And I am not looking for pity because I don’t need pity. But sometimes people who are grieving need lament. Lament and pity are two very different things.

I understand that he was uncomfortable. I get that. And I understand that people say things because they are uncomfortable with being uncomfortable. I am often a victim of that emotion.

And I understand that he didn’t mean to be hurtful.

But that doesn’t mean he wasn’t.

angle 1)

Did it really happen? Did Marisa really get cancer? Did She really die? Isn’t She just coming back? Is She really, really dead? On December 6 did I really have to come home to a 5,3 and 1 year old to tell them that their Mom died? Did I really take that understandable punch in the face from Zion? Is it possible that I am able to shepherd three children by myself? Is this a joke? Is this a nightmare? Do I really go to sleep every night by myself?

Angle 2)

Did I really marry an angel that produced three more? Did Jacoba really say to me that she is going to be a joker when she grows up? Did Zion really eat his vegetables at someone else’s house without a big drama? Did Zekijah really call my name, my name, from her crib to comfort her? Do I really get to beam with pride when someone asks the girls who did their hair?

At the end of the day, life is beautiful or ugly.  It depends from what angle you look.  Sometimes I have those frightening, crazy ‘how did I get here’ moments but those are fairly easily redirected when I look at the kids and our situation from another angle.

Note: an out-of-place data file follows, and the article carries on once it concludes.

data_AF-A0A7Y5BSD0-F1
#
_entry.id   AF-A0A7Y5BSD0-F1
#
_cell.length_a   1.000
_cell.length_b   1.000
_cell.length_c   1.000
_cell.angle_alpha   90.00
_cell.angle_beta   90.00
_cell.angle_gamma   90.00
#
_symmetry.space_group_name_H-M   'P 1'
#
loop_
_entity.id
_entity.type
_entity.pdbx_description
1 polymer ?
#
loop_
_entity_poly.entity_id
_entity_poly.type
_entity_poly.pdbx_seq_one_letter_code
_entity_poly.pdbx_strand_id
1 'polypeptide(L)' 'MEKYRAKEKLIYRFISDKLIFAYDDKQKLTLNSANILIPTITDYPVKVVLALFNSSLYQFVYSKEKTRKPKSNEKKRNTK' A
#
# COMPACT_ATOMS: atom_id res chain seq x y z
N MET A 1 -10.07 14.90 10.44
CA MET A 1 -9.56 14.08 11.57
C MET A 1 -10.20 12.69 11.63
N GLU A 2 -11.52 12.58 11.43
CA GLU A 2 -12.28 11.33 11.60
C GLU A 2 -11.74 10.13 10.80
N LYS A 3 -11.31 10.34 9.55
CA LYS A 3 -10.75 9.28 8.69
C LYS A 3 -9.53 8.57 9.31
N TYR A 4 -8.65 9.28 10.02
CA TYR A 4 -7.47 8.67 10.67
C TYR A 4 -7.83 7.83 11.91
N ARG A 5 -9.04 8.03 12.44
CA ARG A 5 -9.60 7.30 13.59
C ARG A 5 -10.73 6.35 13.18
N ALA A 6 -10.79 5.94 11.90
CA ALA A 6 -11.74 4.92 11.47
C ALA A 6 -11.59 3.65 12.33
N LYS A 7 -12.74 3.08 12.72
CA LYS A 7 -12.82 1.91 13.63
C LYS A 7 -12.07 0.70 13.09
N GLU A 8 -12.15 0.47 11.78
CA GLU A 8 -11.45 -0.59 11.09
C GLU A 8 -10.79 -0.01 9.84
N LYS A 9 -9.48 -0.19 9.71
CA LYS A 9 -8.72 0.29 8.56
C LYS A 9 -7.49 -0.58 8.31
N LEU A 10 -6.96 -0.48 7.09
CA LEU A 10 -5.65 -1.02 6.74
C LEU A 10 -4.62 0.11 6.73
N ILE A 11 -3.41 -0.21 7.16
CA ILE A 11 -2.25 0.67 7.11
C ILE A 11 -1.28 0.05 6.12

Last night before the kids went to bed, we all sat in Zion’s bed and read a great book “What Dad’s can’t do” (It’s not what you might think, it sings the goodness of fathers).  After the book was done, all three kids were lying on my chest and we sang a song.  In four part harmony.  Not neccesarily the clean Ionian mode that many of us are familiar with, but still harmony.

After the song, we had a group hug and I was shown something from the angle I was seeing,

My whole world fits in my arms.

Jacoba has been wearing her uniform for 4 days straight.  She put it on the day we got it and has worn it day and night since then.  Even when she got ready for church, she put on her uniform.

Then the first soccer practice came.  It was cold. 9 degrees.  And windy.  Very windy.

It was tough for even the toughest.  And Jacoba had a tough time.  She participated in one of the drills and then decided to practice her crying.  I felt so bad for her.  Thankfully my friend Floyd took Jacoba into the car and they practiced flipping pennies.

On the ride home, Jacoba asked me if there was soccer next week.  I told her yes.  Then she said,